Here’s a revealing data point: older Americans are scared more of outliving wealth than of death itself.
And unfortunately, even retirees who have built a nest egg have good reason to be concerned – with the traditional approaches to retirement planning, income may no longer cover expenses. That means retirees are dipping into principal to make ends meet, setting up a race against time between dwindling investment balances and longer lifespans.
The tried-and-true retirement investing approach of yesterday doesn’t work today.
Years ago, investors at or close to retirement could put money into fixed-income assets and depend on appealing yields to generate consistent, solid pay streams to fund a comfortable retirement. 10-year Treasury bond rates in the late 1990s floated around 6.50%, but unfortunately, those days of being able to exclusively rely on Treasury yields to fund retirement income are over.
While this yield reduction may not seem drastic, it adds up: for a $1 million investment in 10-year Treasuries, the rate drop means a difference in yield of more than $1 million.
Today’s retirees are getting hit hard by reduced bond yields – and the Social Security picture isn’t too rosy either. Right now and for the near future, Social Security benefits are still being paid, but it has been estimated that the Social Security funds will be depleted as soon as 2035.
Unfortunately, it looks like the two traditional sources of retirement income – bonds and Social Security – may not be able to adequately meet the needs of present and future retirees. But what if there was another option that could provide a steady, reliable source of income in retirement?
Invest in Dividend Stocks
We feel that these dividend-paying equities – as long as they are from high-quality, low-risk issuers – can give retirement investors a smart option to replace low-yielding Treasury bonds (or other bonds).
Look for stocks that have paid steady, increasing dividends for years (or decades), and have not cut their dividends even during recessions.
One approach to recognizing appropriate stocks is to look for companies with an average dividend yield of 3% and positive average annual dividend growth. Numerous stocks hike dividends over time, counterbalancing inflation risks.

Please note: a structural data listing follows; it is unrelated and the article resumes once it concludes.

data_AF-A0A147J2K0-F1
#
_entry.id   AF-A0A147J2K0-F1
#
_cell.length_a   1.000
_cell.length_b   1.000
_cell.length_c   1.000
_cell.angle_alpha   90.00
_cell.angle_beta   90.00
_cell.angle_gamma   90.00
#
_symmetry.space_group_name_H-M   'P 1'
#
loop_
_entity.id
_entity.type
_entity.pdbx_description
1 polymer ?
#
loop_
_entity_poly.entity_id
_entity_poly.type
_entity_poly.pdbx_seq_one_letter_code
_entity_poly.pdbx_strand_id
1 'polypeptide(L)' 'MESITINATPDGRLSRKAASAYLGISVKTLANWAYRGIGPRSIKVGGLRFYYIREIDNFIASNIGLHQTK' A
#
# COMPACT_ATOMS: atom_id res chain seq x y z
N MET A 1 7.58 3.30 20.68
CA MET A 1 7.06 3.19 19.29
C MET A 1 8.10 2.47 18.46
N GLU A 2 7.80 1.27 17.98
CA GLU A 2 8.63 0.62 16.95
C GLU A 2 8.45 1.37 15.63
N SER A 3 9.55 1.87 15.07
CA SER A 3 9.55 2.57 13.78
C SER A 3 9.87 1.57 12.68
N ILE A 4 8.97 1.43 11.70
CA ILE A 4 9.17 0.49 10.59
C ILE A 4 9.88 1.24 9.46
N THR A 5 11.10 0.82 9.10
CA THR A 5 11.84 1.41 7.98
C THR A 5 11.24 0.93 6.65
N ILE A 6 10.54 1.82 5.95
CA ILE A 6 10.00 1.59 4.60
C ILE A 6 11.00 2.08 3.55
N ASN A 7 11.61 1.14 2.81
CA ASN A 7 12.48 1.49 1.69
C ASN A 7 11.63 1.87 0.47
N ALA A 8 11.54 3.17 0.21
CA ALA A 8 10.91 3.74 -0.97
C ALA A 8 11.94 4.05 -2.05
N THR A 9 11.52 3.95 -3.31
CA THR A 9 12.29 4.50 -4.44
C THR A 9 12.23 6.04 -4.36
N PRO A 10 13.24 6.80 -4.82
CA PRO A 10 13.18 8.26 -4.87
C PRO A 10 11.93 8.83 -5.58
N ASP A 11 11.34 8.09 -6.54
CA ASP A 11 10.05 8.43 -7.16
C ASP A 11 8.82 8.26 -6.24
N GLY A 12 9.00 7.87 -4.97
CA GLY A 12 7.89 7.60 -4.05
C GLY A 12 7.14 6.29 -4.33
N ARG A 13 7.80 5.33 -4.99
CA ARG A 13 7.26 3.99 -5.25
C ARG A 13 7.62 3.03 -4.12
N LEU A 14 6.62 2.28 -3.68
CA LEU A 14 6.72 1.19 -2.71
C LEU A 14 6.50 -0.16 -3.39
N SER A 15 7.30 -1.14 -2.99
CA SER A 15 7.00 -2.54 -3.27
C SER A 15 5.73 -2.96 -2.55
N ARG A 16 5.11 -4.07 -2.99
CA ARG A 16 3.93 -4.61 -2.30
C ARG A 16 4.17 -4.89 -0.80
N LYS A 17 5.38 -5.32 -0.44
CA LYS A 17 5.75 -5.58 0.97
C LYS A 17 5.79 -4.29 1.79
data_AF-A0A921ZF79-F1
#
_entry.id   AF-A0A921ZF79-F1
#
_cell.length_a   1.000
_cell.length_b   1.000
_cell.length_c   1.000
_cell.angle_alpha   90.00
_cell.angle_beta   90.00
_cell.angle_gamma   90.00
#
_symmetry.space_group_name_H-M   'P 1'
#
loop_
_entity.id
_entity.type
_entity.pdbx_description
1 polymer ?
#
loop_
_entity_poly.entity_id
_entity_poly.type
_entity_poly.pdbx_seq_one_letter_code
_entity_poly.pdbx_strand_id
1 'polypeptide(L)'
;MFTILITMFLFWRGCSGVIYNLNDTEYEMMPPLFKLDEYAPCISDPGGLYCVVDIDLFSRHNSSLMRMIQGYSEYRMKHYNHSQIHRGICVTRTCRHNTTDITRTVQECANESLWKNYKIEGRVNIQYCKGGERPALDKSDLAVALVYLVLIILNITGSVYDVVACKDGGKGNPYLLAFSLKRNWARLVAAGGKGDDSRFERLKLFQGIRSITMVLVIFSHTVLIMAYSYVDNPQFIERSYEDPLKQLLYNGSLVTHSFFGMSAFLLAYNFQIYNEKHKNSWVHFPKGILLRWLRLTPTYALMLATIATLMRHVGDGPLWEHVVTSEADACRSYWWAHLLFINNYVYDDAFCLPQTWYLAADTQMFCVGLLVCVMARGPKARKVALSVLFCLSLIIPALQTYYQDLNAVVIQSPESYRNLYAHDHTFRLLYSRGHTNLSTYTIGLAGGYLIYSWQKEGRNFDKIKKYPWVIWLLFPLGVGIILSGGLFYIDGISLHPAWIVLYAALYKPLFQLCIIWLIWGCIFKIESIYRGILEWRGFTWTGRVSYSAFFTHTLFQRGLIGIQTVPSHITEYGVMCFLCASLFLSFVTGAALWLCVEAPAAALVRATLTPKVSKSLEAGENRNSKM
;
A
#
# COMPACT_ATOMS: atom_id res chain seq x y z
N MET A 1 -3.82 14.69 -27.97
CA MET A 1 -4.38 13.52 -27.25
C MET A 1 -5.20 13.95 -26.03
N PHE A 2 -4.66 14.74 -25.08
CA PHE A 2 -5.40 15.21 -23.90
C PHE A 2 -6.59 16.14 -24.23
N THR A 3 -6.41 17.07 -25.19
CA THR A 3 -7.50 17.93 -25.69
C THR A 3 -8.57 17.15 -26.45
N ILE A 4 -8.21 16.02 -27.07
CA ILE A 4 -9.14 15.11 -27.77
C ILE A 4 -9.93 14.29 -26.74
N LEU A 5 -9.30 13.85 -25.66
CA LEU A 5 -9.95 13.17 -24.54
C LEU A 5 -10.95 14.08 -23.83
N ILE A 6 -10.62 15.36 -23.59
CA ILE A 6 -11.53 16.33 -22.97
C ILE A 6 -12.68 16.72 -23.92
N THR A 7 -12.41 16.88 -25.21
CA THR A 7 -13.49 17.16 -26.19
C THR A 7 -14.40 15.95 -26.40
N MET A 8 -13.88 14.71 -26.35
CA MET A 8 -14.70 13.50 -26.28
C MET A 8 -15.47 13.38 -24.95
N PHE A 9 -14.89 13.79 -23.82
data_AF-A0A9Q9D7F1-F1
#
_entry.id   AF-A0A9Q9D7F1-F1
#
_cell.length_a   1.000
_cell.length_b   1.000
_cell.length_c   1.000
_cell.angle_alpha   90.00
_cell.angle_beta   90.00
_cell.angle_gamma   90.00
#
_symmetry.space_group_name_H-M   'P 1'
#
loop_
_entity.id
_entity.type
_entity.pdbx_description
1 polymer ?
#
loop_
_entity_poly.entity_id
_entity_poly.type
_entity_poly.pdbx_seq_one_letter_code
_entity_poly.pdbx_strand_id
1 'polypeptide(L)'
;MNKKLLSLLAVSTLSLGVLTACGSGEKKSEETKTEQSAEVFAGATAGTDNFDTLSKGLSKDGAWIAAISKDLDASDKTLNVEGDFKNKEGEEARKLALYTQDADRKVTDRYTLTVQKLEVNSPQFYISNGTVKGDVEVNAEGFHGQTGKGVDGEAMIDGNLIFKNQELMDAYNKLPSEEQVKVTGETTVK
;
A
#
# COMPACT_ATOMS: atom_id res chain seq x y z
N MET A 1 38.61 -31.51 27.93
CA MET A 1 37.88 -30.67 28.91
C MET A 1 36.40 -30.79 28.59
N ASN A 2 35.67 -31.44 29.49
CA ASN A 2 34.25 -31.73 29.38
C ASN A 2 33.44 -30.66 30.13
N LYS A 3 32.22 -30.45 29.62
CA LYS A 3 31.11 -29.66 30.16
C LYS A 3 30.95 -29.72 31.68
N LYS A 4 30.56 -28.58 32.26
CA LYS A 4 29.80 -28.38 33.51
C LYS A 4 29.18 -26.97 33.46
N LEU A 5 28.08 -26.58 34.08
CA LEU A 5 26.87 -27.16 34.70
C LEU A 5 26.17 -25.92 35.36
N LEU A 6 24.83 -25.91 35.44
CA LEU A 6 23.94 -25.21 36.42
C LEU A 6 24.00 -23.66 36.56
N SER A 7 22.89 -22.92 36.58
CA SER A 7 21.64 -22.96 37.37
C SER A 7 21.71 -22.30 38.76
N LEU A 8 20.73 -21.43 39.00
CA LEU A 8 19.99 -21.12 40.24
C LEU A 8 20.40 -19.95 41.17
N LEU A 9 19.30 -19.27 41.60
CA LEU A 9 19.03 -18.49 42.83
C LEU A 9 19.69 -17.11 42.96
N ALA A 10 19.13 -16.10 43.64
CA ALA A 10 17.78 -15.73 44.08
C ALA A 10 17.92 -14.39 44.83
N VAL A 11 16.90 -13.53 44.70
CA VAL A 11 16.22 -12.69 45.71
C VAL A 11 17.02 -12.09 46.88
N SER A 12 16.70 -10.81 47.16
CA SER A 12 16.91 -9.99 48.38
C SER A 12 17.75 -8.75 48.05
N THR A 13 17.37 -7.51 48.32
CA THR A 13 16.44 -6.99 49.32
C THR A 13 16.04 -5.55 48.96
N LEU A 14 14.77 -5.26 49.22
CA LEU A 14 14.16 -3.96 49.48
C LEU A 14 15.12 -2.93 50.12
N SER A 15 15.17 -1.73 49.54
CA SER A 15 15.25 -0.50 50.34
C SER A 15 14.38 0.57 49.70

Here are three dividend-paying stocks retirees should consider for their nest egg portfolio.
Apple Hospitality REIT (APLE) is currently shelling out a dividend of $0.07 per share, with a dividend yield of 5.2%. This compares to the REIT and Equity Trust – Other industry’s yield of 3.79% and the S&P 500’s yield of 1.64%. The company’s annualized dividend growth in the past year was 1400%. Check Apple Hospitality REIT (APLE) dividend history here>>>
Bancolombia (CIB) is paying out a dividend of $0.74 per share at the moment, with a dividend yield of 9.06% compared to the Banks – Foreign industry’s yield of 3.87% and the S&P 500’s yield. The annualized dividend growth of the company was 961.04% over the past year. Check Bancolombia (CIB) dividend history here>>>
Currently paying a dividend of $0.38 per share, CTO Realty (CTO) has a dividend yield of 7.47%. This is compared to the REIT and Equity Trust – Other industry’s yield of 3.79% and the S&P 500’s current yield. Annualized dividend growth for the company in the past year was 12%. Check CTO Realty (CTO) dividend history here>>>
But aren’t stocks generally more risky than bonds?
The fact is that stocks, as an asset class, carry more risk than bonds. To counterbalance this, invest in superior quality dividend stocks that not only can grow over time but more significantly, can also decrease your overall portfolio volatility with respect to the broader stock market.
Combating the impact of inflation is one advantage of owning these dividend-paying stocks. Here’s why: many of these stable, high-quality companies increase their dividends over time, which translates to rising dividend income that offsets the effects of inflation.
Thinking about dividend-focused mutual funds or ETFs? Watch out for fees.
If you’re thinking, “I want to invest in a dividend-focused ETF or mutual fund,” make sure to do your homework. It’s important to know that some mutual funds and specialized ETFs charge high fees, which may diminish your dividend gains or income and thwart the overall objective of this investment strategy. If you do want to invest in fund, research well to identify the best-quality dividend funds with the least charges.
Pursuing a dividend investing strategy can help protect your retirement portfolio. Whether you choose to invest in stocks or through low-fee mutual funds or ETFs, this approach can potentially help you achieve a more secure and enjoyable retirement.
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Apple Hospitality REIT, Inc. (APLE) : Free Stock Analysis Report
BanColombia S.A. (CIB) : Free Stock Analysis Report
CTO Realty Growth, Inc. (CTO) : Free Stock Analysis Report
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